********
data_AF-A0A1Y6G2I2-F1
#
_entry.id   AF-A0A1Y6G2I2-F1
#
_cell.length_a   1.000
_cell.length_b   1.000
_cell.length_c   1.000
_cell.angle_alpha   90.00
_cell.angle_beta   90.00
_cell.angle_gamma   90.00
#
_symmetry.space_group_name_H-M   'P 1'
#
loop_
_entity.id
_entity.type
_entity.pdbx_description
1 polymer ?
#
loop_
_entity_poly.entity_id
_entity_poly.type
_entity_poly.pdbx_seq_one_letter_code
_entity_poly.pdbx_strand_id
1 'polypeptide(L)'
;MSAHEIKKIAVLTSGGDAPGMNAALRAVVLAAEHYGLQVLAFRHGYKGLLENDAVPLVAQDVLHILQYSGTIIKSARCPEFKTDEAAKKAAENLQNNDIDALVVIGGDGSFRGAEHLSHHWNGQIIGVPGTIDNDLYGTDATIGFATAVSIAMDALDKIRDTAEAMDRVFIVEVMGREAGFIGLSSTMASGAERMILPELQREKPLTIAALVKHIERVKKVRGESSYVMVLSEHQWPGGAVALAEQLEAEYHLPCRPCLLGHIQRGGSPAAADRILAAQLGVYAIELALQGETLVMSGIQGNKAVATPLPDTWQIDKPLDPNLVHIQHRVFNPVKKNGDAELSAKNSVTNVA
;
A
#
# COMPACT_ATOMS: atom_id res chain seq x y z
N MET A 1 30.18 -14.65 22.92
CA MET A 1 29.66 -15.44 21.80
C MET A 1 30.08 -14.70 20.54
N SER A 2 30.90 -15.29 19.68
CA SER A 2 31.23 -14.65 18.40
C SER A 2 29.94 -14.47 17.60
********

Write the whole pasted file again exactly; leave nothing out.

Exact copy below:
data_AF-A0A1Y6G2I2-F1
#
_entry.id   AF-A0A1Y6G2I2-F1
#
_cell.length_a   1.000
_cell.length_b   1.000
_cell.length_c   1.000
_cell.angle_alpha   90.00
_cell.angle_beta   90.00
_cell.angle_gamma   90.00
#
_symmetry.space_group_name_H-M   'P 1'
#
loop_
_entity.id
_entity.type
_entity.pdbx_description
1 polymer ?
#
loop_
_entity_poly.entity_id
_entity_poly.type
_entity_poly.pdbx_seq_one_letter_code
_entity_poly.pdbx_strand_id
1 'polypeptide(L)'
;MSAHEIKKIAVLTSGGDAPGMNAALRAVVLAAEHYGLQVLAFRHGYKGLLENDAVPLVAQDVLHILQYSGTIIKSARCPEFKTDEAAKKAAENLQNNDIDALVVIGGDGSFRGAEHLSHHWNGQIIGVPGTIDNDLYGTDATIGFATAVSIAMDALDKIRDTAEAMDRVFIVEVMGREAGFIGLSSTMASGAERMILPELQREKPLTIAALVKHIERVKKVRGESSYVMVLSEHQWPGGAVALAEQLEAEYHLPCRPCLLGHIQRGGSPAAADRILAAQLGVYAIELALQGETLVMSGIQGNKAVATPLPDTWQIDKPLDPNLVHIQHRVFNPVKKNGDAELSAKNSVTNVA
;
A
#
# COMPACT_ATOMS: atom_id res chain seq x y z
N MET A 1 30.18 -14.65 22.92
CA MET A 1 29.66 -15.44 21.80
C MET A 1 30.08 -14.70 20.54
N SER A 2 30.90 -15.29 19.68
CA SER A 2 31.23 -14.65 18.40
C SER A 2 29.94 -14.47 17.60